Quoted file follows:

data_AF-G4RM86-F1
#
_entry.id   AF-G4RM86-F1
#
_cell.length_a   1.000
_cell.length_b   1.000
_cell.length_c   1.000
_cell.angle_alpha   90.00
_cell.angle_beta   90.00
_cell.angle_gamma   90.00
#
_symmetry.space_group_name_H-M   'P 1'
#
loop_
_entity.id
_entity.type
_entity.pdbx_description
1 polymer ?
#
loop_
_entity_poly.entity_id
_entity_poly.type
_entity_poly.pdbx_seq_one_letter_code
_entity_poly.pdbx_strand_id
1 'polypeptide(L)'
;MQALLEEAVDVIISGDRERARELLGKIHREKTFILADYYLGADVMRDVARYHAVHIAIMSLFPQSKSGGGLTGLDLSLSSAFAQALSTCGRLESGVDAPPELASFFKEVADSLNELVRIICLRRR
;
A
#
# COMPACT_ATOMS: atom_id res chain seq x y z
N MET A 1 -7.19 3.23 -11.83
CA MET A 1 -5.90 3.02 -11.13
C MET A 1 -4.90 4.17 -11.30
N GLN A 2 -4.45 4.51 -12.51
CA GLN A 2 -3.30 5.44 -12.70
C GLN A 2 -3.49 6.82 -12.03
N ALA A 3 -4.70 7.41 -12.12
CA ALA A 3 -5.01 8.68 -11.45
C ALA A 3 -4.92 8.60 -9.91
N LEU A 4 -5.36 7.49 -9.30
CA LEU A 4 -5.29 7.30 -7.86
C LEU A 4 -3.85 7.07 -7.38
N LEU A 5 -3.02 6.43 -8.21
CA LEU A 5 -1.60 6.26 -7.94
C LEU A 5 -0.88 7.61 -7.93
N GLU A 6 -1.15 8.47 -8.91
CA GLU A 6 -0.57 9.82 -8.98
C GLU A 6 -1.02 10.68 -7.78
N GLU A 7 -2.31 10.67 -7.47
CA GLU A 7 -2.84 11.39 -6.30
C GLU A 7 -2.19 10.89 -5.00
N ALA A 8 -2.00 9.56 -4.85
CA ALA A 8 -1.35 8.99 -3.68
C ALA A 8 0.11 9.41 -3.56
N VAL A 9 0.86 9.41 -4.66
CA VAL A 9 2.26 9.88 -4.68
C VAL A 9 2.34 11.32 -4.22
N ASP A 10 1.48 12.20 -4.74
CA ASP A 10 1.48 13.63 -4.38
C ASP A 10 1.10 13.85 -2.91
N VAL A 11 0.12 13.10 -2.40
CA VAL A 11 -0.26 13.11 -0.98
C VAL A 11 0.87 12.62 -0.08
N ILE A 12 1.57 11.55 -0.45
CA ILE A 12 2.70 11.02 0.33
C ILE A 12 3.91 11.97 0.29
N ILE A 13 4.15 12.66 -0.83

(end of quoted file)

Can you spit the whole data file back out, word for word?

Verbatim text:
data_AF-G4RM86-F1
#
_entry.id   AF-G4RM86-F1
#
_cell.length_a   1.000
_cell.length_b   1.000
_cell.length_c   1.000
_cell.angle_alpha   90.00
_cell.angle_beta   90.00
_cell.angle_gamma   90.00
#
_symmetry.space_group_name_H-M   'P 1'
#
loop_
_entity.id
_entity.type
_entity.pdbx_description
1 polymer ?
#
loop_
_entity_poly.entity_id
_entity_poly.type
_entity_poly.pdbx_seq_one_letter_code
_entity_poly.pdbx_strand_id
1 'polypeptide(L)'
;MQALLEEAVDVIISGDRERARELLGKIHREKTFILADYYLGADVMRDVARYHAVHIAIMSLFPQSKSGGGLTGLDLSLSSAFAQALSTCGRLESGVDAPPELASFFKEVADSLNELVRIICLRRR
;
A
#
# COMPACT_ATOMS: atom_id res chain seq x y z
N MET A 1 -7.19 3.23 -11.83
CA MET A 1 -5.90 3.02 -11.13
C MET A 1 -4.90 4.17 -11.30
N GLN A 2 -4.45 4.51 -12.51
CA GLN A 2 -3.30 5.44 -12.70
C GLN A 2 -3.49 6.82 -12.03
N ALA A 3 -4.70 7.41 -12.12
CA ALA A 3 -5.01 8.68 -11.45
C ALA A 3 -4.92 8.60 -9.91
N LEU A 4 -5.36 7.49 -9.30
CA LEU A 4 -5.29 7.30 -7.86
C LEU A 4 -3.85 7.07 -7.38
N LEU A 5 -3.02 6.43 -8.21
CA LEU A 5 -1.60 6.26 -7.94
C LEU A 5 -0.88 7.61 -7.93
N GLU A 6 -1.15 8.47 -8.91
CA GLU A 6 -0.57 9.82 -8.98
C GLU A 6 -1.02 10.68 -7.78
N GLU A 7 -2.31 10.67 -7.47
CA GLU A 7 -2.84 11.39 -6.30
C GLU A 7 -2.19 10.89 -5.00
N ALA A 8 -2.00 9.56 -4.85
CA ALA A 8 -1.35 8.99 -3.68
C ALA A 8 0.11 9.41 -3.56
N VAL A 9 0.86 9.41 -4.66
CA VAL A 9 2.26 9.88 -4.68
C VAL A 9 2.34 11.32 -4.22
N ASP A 10 1.48 12.20 -4.74
CA ASP A 10 1.48 13.63 -4.38
C ASP A 10 1.10 13.85 -2.91
N VAL A 11 0.12 13.10 -2.40
CA VAL A 11 -0.26 13.11 -0.98
C VAL A 11 0.87 12.62 -0.08
N ILE A 12 1.57 11.55 -0.45
CA ILE A 12 2.70 11.02 0.33
C ILE A 12 3.91 11.97 0.29
N ILE A 13 4.15 12.66 -0.83